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What to do if You’re Afraid You’ll Hate Your Internship

Don’t panic, you’ll spill the coffee.


Illustration by Katie Wittenberg.

There is no lack of opinions on the state of internships today. Many cultural leaders, such as Ford Foundation President  Darren Walker, have highlighted the inherent inequity of unpaid positions as a necessary step in professional development. Additionally, interns themselves often speak out. A 2013 case with SONY  ended in a £4,600 settlement to an intern who the company argued was a volunteer – despite working full-time-employee hours –and was thus not entitled to compensation for their labor. Though not completely solved, much if the issues around internship abuse are being addressed. For example, as of 2017,  The College Art Association no longer allows interviews to be conducted in private hotel rooms. Though this applies to more than internship interviews, it begins to fold in the demands of  the #MeToo movement and other narratives of internship abuse.


Internship abuse is a slippery term that moves its definition from outright verbal or physical abuse of an intern, to what some may consider an unfair system of unpaid labor for social or career capital. The rationale behind any internship  is that the intern will gain valuable work experience with the added benefit of close mentorship and lower stakes. Granted, this can be a fantastic trade off and there are opportunities for paid internships and extra-institutional internships.


With the heightened awareness of internship abuse, in addition to the knowledge that the internship system may or may not be corrupt at its core, here are a few things to keep in mind:


1.  Go to CAPX (for the love of GOD!)

There is very little (if anything) that CAPX doesn’t have you covered on. CAPX is showing up for your career development through courses, Expert Exchanges, and one-on-one advising.  Giannella Ysasi Tavano (MA 2019),  a Performance Programs intern at the MCA, noted that she has constant support from CAPX, as well as her supervisors at the MCA. Tavano is taking the Professional Practices course for credit and noted that internship abuse was covered in the course: “My advisor introduced themself and talked about the support they give to students in case they have any trouble. My advisor did illustrate some cases of abuse she has had with other students involved in internships, and told us to reach out to her in case anything like it or any case of abuse comes up.”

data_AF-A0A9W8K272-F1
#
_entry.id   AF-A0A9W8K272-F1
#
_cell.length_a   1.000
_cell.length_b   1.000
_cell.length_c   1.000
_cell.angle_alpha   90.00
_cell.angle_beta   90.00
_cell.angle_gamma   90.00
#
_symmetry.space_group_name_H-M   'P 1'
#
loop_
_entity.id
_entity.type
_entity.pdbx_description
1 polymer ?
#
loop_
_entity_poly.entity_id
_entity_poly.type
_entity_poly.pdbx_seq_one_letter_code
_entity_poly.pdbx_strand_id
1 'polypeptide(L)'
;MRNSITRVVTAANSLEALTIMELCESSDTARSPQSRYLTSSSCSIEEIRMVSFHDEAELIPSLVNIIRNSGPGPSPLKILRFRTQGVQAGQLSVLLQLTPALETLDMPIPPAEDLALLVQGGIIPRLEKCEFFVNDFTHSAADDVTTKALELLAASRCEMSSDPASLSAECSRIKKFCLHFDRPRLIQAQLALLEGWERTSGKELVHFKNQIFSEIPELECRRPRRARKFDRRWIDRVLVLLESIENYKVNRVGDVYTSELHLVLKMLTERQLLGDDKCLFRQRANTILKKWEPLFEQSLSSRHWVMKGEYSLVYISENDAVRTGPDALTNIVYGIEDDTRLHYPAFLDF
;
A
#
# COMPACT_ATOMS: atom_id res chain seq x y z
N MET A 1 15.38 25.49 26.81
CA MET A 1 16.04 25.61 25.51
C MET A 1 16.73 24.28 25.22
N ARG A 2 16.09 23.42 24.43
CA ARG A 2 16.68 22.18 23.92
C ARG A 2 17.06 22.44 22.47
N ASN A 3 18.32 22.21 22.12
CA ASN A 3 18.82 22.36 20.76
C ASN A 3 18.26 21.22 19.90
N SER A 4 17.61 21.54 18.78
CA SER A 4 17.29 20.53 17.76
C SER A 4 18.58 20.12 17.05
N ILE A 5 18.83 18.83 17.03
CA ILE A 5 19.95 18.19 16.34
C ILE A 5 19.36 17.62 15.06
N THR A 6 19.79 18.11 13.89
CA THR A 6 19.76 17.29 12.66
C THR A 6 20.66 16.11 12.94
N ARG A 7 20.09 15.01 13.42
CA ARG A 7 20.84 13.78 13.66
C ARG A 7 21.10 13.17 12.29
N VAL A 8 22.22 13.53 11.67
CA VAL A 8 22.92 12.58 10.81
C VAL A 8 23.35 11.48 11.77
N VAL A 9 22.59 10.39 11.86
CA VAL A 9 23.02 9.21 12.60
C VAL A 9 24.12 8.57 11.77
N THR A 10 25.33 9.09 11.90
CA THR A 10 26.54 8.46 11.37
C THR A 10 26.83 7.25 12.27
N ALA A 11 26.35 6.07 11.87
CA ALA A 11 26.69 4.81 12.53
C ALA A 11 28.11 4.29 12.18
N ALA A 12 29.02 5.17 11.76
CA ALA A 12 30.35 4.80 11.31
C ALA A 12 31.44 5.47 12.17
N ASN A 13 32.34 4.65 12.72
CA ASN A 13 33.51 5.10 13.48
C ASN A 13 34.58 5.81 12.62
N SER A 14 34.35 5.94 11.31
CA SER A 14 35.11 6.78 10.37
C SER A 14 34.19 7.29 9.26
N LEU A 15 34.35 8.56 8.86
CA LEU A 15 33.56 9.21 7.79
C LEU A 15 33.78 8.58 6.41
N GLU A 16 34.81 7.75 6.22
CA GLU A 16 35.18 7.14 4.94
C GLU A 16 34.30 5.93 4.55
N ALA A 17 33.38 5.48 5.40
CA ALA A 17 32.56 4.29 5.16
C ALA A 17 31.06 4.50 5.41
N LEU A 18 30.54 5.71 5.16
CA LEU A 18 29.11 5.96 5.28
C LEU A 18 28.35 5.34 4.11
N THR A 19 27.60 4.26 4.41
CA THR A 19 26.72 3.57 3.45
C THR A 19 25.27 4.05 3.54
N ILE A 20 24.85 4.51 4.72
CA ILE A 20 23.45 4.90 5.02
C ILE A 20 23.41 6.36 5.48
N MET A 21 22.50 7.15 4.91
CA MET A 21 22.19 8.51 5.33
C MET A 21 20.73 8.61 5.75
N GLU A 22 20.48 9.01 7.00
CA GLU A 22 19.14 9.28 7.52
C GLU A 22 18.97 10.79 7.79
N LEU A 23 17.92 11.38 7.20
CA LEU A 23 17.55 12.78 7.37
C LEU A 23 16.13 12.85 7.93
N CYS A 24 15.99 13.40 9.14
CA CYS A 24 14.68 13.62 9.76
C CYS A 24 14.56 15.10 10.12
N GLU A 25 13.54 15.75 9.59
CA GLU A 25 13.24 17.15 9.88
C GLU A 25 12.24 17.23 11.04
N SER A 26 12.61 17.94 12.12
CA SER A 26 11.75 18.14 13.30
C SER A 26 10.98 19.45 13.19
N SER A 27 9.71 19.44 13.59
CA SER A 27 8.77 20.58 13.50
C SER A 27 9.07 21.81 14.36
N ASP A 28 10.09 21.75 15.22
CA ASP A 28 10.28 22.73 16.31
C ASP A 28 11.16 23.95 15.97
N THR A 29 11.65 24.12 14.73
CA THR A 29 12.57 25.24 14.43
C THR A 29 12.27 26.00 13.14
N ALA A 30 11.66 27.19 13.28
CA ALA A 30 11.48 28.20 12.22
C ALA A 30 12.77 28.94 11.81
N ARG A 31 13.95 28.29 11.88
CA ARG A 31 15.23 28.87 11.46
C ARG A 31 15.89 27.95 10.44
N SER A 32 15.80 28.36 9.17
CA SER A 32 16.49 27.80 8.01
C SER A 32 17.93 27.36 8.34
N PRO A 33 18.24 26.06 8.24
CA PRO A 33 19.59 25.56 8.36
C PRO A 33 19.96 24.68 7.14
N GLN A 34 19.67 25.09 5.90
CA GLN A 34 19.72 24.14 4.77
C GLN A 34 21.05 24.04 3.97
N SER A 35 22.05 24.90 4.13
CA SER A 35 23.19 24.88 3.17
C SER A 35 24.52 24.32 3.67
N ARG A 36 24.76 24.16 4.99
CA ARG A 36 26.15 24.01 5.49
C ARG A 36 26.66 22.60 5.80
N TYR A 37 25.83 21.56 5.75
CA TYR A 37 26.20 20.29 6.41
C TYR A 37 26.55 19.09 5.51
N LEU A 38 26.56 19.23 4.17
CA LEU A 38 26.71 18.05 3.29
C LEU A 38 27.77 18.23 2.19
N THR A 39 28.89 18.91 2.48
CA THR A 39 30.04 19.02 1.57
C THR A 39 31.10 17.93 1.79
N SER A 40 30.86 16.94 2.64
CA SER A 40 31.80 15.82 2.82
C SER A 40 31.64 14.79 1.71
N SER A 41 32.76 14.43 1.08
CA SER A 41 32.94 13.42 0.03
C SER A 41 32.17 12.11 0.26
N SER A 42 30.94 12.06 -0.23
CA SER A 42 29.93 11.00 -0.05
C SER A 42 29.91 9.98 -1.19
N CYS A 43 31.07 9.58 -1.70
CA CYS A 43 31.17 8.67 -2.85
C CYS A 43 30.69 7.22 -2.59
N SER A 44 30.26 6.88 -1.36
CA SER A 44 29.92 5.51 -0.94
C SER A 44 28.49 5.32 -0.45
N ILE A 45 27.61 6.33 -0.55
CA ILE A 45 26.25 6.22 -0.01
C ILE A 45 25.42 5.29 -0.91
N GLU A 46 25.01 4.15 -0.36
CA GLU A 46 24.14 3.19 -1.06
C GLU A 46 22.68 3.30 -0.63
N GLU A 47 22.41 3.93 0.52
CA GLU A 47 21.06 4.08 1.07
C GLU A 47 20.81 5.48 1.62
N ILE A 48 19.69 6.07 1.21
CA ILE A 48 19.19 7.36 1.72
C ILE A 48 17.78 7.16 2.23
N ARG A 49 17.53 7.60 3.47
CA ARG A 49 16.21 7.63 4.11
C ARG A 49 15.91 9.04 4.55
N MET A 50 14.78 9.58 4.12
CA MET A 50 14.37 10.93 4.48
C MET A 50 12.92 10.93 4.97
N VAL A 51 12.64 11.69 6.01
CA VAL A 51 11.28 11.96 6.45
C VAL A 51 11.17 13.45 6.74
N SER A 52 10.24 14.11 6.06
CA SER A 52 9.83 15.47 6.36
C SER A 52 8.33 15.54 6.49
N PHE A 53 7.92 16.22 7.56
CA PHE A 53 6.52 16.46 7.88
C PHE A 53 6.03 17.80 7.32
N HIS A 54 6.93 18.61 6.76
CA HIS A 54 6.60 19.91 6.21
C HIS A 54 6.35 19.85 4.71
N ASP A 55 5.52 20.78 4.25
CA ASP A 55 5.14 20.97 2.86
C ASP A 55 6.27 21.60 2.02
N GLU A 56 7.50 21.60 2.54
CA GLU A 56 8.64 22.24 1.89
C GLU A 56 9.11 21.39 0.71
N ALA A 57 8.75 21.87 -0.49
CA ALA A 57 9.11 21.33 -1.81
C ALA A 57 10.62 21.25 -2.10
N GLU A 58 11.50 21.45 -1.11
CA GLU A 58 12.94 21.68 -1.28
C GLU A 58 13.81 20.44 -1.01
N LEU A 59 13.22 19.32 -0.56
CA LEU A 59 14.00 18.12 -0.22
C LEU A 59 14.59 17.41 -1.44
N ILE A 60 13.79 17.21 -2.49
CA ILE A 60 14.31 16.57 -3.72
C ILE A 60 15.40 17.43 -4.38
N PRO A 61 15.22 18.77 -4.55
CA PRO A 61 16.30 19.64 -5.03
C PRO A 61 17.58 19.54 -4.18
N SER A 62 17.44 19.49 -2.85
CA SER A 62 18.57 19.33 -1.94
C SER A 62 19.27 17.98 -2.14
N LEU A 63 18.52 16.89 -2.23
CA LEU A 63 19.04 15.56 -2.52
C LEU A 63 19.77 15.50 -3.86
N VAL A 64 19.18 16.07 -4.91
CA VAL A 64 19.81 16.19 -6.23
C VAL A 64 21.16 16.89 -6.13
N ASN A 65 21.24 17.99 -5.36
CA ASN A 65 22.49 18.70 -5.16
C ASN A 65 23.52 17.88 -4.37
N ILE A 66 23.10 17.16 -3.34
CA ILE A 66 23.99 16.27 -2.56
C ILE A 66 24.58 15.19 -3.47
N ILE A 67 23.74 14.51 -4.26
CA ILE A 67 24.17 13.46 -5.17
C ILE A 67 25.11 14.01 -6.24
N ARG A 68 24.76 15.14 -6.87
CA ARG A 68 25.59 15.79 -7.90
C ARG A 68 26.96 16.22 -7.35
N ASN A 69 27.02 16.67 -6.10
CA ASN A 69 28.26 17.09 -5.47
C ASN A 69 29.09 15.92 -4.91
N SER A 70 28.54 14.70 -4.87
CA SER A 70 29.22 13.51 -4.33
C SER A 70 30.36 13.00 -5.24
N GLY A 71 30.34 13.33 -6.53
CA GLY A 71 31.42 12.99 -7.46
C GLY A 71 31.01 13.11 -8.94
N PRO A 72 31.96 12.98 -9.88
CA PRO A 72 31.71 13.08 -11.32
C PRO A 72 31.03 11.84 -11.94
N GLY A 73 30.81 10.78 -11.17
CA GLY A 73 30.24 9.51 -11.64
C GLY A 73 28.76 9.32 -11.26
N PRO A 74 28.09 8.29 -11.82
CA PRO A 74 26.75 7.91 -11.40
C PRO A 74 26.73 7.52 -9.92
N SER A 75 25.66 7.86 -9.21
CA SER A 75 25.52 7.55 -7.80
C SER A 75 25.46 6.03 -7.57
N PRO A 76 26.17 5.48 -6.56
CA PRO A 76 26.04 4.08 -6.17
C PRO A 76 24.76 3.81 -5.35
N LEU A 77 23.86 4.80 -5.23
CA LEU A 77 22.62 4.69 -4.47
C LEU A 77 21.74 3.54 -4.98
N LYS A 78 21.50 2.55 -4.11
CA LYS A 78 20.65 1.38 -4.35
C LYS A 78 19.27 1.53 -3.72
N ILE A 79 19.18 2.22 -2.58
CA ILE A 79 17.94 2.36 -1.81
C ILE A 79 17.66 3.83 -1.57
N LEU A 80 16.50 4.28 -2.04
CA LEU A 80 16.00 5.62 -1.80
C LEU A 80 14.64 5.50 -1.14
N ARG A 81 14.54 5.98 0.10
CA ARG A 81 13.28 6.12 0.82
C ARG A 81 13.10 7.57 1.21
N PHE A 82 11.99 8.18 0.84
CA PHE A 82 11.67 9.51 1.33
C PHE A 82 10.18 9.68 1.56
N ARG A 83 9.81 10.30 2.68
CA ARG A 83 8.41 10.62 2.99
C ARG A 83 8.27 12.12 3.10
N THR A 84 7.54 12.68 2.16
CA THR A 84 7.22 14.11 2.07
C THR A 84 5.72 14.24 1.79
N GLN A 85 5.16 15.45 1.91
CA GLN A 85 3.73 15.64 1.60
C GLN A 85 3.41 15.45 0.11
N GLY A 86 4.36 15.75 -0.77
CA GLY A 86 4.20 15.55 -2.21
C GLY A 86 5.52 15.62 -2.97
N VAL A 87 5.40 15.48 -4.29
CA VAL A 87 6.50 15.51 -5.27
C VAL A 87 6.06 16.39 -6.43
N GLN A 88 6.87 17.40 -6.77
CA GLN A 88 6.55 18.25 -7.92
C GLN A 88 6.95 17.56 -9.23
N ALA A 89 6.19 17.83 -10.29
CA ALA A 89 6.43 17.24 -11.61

2. Find people who have had the same internship or similar one before you and ask them about their experience.

The best way to know what you’re getting yourself into is to ask someone who’s done it before. There is no shortage of students who have done internships on campus. If you don’t know where do start, check out the SAIC Internship Stories on the CAPX website. Kate Schutta, Director of CAPX, alongside her staff have created a treasure trove of interviews from past SAIC students who have done internships across the globe.


3. Be aware of your expectations.

If you know your expectations going into an internship, you’ll be able to ensure that you can advocate for your needs, let folks know what is working for you, and what needs improvement.  Kaity O’Reilly (MA 2019) had a clear understanding of what she wanted out of an internship this summer. Her position as the development intern at the Hyde Park Arts Center is giving her insider access into how an arts nonprofit’s mission is carried out in practice. “I am personally and professionally interested in this type of arts administration work. So the opportunity to work firsthand on these types of programs, and learn how this organization runs internally, is an invaluable experience.” Additionally, O’Reilly notes the non-monetary benefits of the professional experience of interning: “Since I have only lived in Chicago a year, this is also an important opportunity for me to meet other peers and professionals in the city outside of the SAIC community to help me build my own network for when I graduate next spring. So, even though I won’t be compensated monetarily, there are other forms of ‘currency’ (for lack of a better word) I am receiving in exchange for my labor and time at HPAC.”

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